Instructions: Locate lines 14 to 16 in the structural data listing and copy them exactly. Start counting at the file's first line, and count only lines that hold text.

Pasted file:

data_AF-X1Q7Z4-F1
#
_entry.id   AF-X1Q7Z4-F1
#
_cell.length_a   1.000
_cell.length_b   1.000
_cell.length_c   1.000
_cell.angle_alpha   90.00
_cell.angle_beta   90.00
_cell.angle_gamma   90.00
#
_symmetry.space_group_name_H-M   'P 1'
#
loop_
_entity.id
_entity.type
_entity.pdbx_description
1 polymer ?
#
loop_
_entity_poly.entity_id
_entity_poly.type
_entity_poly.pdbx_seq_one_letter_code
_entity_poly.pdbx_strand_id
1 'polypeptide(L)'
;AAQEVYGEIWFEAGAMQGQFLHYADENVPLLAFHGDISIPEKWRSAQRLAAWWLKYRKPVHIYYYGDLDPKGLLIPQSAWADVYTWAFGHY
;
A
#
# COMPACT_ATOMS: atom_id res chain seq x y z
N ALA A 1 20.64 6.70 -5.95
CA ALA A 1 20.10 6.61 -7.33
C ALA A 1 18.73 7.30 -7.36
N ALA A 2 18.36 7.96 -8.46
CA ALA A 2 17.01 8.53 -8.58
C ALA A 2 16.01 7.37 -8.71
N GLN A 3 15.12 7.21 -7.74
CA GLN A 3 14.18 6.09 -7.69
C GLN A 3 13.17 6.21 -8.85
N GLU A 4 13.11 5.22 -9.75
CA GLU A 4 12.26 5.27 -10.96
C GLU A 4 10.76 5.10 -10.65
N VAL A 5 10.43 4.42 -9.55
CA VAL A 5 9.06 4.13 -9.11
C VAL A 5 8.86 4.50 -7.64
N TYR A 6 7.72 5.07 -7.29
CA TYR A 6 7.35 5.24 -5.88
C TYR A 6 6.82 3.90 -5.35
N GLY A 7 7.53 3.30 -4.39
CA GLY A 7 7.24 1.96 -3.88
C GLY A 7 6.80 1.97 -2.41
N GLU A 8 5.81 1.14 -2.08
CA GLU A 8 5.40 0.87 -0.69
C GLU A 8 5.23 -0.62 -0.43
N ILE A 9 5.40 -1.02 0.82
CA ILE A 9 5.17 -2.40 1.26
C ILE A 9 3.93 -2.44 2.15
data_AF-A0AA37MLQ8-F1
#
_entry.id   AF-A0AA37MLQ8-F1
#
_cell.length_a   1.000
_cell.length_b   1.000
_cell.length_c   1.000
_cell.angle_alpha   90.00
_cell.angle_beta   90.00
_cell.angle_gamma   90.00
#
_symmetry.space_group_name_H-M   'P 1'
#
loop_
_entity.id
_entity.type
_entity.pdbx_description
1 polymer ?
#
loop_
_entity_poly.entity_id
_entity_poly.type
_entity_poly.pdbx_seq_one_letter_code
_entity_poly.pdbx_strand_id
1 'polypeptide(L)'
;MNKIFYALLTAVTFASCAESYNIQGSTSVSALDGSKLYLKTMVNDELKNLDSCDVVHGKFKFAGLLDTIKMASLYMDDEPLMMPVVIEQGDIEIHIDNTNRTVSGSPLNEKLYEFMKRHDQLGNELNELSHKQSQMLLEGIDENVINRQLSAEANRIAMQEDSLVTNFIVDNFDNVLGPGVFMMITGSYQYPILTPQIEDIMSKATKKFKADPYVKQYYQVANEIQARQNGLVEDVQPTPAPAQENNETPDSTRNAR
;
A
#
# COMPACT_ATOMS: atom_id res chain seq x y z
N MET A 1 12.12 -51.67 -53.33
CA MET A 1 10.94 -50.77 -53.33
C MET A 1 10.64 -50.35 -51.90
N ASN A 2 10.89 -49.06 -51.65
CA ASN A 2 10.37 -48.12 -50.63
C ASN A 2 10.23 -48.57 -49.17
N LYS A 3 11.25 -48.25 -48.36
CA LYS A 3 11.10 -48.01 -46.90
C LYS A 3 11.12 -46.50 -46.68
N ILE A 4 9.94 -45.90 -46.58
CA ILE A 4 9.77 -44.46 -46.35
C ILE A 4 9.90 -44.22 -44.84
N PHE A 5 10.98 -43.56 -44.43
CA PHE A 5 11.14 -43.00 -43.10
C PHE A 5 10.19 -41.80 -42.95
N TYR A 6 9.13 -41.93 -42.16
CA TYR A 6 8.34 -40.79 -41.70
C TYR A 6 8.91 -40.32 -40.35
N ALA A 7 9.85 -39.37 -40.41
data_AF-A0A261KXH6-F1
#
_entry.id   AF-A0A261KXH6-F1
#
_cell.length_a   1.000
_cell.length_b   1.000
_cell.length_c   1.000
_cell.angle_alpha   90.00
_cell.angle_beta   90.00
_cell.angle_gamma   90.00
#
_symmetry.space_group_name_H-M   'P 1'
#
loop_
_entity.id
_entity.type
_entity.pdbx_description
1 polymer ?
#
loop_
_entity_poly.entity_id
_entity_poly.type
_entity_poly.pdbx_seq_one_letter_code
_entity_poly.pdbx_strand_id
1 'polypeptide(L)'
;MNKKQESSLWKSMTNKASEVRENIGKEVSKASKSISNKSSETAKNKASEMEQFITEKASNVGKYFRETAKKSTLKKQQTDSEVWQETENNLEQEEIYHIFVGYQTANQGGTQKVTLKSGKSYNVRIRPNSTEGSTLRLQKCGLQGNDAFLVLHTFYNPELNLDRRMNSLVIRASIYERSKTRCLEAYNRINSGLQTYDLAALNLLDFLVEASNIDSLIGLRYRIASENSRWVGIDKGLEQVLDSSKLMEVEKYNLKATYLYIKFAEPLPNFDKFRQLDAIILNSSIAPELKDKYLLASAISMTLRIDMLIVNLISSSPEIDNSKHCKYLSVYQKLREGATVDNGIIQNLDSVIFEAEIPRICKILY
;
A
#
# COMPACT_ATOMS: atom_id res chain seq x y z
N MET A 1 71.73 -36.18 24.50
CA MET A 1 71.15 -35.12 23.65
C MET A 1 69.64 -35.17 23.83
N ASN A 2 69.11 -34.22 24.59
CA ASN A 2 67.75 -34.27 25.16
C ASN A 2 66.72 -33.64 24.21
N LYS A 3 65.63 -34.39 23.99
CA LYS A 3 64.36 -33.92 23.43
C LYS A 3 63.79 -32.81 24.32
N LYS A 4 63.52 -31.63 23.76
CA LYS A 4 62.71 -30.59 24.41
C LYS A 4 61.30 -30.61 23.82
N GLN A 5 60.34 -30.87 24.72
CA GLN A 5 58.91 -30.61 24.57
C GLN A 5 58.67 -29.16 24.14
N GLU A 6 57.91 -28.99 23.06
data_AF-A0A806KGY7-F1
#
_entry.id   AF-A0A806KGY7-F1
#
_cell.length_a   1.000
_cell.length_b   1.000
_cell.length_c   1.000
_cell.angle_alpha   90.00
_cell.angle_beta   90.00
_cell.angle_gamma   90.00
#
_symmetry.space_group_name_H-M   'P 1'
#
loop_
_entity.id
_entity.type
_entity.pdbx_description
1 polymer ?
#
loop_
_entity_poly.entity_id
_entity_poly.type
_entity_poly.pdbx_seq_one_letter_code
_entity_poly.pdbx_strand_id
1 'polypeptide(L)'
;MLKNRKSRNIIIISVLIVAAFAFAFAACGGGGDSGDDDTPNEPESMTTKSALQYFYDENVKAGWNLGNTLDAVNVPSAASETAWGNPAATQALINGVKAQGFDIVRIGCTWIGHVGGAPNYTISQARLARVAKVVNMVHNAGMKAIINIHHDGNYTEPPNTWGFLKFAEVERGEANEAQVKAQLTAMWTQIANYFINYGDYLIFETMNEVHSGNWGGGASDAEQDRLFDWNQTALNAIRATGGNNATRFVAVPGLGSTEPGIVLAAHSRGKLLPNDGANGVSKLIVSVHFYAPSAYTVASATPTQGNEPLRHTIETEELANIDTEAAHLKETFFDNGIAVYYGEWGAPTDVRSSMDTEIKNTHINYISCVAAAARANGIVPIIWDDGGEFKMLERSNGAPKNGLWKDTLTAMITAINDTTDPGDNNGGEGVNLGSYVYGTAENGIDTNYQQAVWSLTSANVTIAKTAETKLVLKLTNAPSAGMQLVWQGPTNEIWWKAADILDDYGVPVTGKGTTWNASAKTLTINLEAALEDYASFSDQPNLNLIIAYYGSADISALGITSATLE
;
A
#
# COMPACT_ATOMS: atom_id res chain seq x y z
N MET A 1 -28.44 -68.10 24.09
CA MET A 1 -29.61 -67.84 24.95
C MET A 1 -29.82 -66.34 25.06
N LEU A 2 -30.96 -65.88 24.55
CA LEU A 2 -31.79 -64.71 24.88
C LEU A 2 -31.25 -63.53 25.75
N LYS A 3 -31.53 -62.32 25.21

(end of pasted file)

loop_
_entity.id
_entity.type